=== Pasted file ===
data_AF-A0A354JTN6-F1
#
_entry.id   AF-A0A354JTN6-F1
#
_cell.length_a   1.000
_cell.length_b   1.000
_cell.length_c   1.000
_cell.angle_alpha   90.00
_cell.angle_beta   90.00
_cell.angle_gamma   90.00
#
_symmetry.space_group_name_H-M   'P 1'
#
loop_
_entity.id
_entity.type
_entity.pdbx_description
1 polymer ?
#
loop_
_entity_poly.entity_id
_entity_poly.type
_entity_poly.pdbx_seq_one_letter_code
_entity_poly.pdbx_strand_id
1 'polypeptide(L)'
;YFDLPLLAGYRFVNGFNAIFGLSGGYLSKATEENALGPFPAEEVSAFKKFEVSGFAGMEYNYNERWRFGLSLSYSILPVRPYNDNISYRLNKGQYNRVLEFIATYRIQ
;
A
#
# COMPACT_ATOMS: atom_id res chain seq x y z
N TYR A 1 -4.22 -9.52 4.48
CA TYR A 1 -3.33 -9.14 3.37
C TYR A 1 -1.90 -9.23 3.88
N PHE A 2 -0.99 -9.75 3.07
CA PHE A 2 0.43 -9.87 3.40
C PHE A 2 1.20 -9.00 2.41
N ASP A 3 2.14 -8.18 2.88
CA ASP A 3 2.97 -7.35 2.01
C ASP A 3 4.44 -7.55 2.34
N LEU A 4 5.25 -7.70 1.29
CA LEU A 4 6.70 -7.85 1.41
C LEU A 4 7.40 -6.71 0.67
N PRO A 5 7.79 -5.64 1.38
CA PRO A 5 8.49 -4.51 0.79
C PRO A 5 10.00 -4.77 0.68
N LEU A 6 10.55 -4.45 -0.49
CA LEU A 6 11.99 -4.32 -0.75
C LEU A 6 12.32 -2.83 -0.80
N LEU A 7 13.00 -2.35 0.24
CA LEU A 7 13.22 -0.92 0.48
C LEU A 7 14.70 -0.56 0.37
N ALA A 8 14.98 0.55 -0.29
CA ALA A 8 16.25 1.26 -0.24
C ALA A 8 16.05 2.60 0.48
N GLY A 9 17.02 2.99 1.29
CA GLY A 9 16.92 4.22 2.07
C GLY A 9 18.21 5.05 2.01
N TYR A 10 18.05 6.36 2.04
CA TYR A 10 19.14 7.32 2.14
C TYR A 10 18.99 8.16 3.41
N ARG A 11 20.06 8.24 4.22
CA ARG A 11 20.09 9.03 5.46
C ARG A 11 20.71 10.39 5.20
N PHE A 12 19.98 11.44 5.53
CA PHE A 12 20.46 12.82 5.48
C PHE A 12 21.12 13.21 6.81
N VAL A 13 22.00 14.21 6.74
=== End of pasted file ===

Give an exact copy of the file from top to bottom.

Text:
data_AF-A0A354JTN6-F1
#
_entry.id   AF-A0A354JTN6-F1
#
_cell.length_a   1.000
_cell.length_b   1.000
_cell.length_c   1.000
_cell.angle_alpha   90.00
_cell.angle_beta   90.00
_cell.angle_gamma   90.00
#
_symmetry.space_group_name_H-M   'P 1'
#
loop_
_entity.id
_entity.type
_entity.pdbx_description
1 polymer ?
#
loop_
_entity_poly.entity_id
_entity_poly.type
_entity_poly.pdbx_seq_one_letter_code
_entity_poly.pdbx_strand_id
1 'polypeptide(L)'
;YFDLPLLAGYRFVNGFNAIFGLSGGYLSKATEENALGPFPAEEVSAFKKFEVSGFAGMEYNYNERWRFGLSLSYSILPVRPYNDNISYRLNKGQYNRVLEFIATYRIQ
;
A
#
# COMPACT_ATOMS: atom_id res chain seq x y z
N TYR A 1 -4.22 -9.52 4.48
CA TYR A 1 -3.33 -9.14 3.37
C TYR A 1 -1.90 -9.23 3.88
N PHE A 2 -0.99 -9.75 3.07
CA PHE A 2 0.43 -9.87 3.40
C PHE A 2 1.20 -9.00 2.41
N ASP A 3 2.14 -8.18 2.88
CA ASP A 3 2.97 -7.35 2.01
C ASP A 3 4.44 -7.55 2.34
N LEU A 4 5.25 -7.70 1.29
CA LEU A 4 6.70 -7.85 1.41
C LEU A 4 7.40 -6.71 0.67
N PRO A 5 7.79 -5.64 1.38
CA PRO A 5 8.49 -4.51 0.79
C PRO A 5 10.00 -4.77 0.68
N LEU A 6 10.55 -4.45 -0.49
CA LEU A 6 11.99 -4.32 -0.75
C LEU A 6 12.32 -2.83 -0.80
N LEU A 7 13.00 -2.35 0.24
CA LEU A 7 13.22 -0.92 0.48
C LEU A 7 14.70 -0.56 0.37
N ALA A 8 14.98 0.55 -0.29
CA ALA A 8 16.25 1.26 -0.24
C ALA A 8 16.05 2.60 0.48
N GLY A 9 17.02 2.99 1.29
CA GLY A 9 16.92 4.22 2.07
C GLY A 9 18.21 5.05 2.01
N TYR A 10 18.05 6.36 2.04
CA TYR A 10 19.14 7.32 2.14
C TYR A 10 18.99 8.16 3.41
N ARG A 11 20.06 8.24 4.22
CA ARG A 11 20.09 9.03 5.46
C ARG A 11 20.71 10.39 5.20
N PHE A 12 19.98 11.44 5.53
CA PHE A 12 20.46 12.82 5.48
C PHE A 12 21.12 13.21 6.81
N VAL A 13 22.00 14.21 6.74